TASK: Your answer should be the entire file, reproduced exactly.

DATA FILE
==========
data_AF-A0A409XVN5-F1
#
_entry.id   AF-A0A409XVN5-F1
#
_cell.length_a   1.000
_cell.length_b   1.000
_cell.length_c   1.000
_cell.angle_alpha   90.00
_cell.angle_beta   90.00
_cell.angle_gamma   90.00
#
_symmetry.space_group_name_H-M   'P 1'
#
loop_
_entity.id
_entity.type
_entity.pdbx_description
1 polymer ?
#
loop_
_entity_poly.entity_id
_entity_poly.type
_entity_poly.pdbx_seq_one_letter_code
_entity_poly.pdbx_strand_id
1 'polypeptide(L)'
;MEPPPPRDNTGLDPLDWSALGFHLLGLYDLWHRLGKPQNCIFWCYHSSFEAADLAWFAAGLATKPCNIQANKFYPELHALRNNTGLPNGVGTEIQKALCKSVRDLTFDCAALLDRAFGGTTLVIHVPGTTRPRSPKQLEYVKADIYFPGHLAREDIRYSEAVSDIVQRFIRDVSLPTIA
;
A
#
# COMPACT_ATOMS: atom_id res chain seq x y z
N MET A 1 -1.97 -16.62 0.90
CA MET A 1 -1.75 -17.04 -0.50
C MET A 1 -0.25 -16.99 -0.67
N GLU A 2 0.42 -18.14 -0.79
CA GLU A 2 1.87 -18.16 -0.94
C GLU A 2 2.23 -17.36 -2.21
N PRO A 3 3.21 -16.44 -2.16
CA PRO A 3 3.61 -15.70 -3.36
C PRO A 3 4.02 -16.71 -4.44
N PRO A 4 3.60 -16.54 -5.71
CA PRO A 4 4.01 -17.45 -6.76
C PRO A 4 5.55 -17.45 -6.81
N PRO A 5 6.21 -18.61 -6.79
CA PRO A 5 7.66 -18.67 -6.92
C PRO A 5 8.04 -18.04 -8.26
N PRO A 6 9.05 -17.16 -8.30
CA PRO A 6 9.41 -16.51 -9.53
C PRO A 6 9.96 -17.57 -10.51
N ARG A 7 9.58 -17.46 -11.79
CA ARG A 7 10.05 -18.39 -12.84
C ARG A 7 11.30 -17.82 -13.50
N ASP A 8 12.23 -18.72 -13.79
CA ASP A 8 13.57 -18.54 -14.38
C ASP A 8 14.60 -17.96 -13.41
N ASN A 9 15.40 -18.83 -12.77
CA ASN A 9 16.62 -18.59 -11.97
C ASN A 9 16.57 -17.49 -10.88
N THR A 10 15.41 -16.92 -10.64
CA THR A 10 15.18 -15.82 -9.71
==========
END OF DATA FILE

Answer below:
data_AF-A0A409XVN5-F1
#
_entry.id   AF-A0A409XVN5-F1
#
_cell.length_a   1.000
_cell.length_b   1.000
_cell.length_c   1.000
_cell.angle_alpha   90.00
_cell.angle_beta   90.00
_cell.angle_gamma   90.00
#
_symmetry.space_group_name_H-M   'P 1'
#
loop_
_entity.id
_entity.type
_entity.pdbx_description
1 polymer ?
#
loop_
_entity_poly.entity_id
_entity_poly.type
_entity_poly.pdbx_seq_one_letter_code
_entity_poly.pdbx_strand_id
1 'polypeptide(L)'
;MEPPPPRDNTGLDPLDWSALGFHLLGLYDLWHRLGKPQNCIFWCYHSSFEAADLAWFAAGLATKPCNIQANKFYPELHALRNNTGLPNGVGTEIQKALCKSVRDLTFDCAALLDRAFGGTTLVIHVPGTTRPRSPKQLEYVKADIYFPGHLAREDIRYSEAVSDIVQRFIRDVSLPTIA
;
A
#
# COMPACT_ATOMS: atom_id res chain seq x y z
N MET A 1 -1.97 -16.62 0.90
CA MET A 1 -1.75 -17.04 -0.50
C MET A 1 -0.25 -16.99 -0.67
N GLU A 2 0.42 -18.14 -0.79
CA GLU A 2 1.87 -18.16 -0.94
C GLU A 2 2.23 -17.36 -2.21
N PRO A 3 3.21 -16.44 -2.16
CA PRO A 3 3.61 -15.70 -3.36
C PRO A 3 4.02 -16.71 -4.44
N PRO A 4 3.60 -16.54 -5.71
CA PRO A 4 4.01 -17.45 -6.76
C PRO A 4 5.55 -17.45 -6.81
N PRO A 5 6.21 -18.61 -6.79
CA PRO A 5 7.66 -18.67 -6.92
C PRO A 5 8.04 -18.04 -8.26
N PRO A 6 9.05 -17.16 -8.30
CA PRO A 6 9.41 -16.51 -9.53
C PRO A 6 9.96 -17.57 -10.51
N ARG A 7 9.58 -17.46 -11.79
CA ARG A 7 10.05 -18.39 -12.84
C ARG A 7 11.30 -17.82 -13.50
N ASP A 8 12.23 -18.72 -13.79
CA ASP A 8 13.57 -18.54 -14.38
C ASP A 8 14.60 -17.96 -13.41
N ASN A 9 15.40 -18.83 -12.77
CA ASN A 9 16.62 -18.59 -11.97
C ASN A 9 16.57 -17.49 -10.88
N THR A 10 15.41 -16.92 -10.64
CA THR A 10 15.18 -15.82 -9.71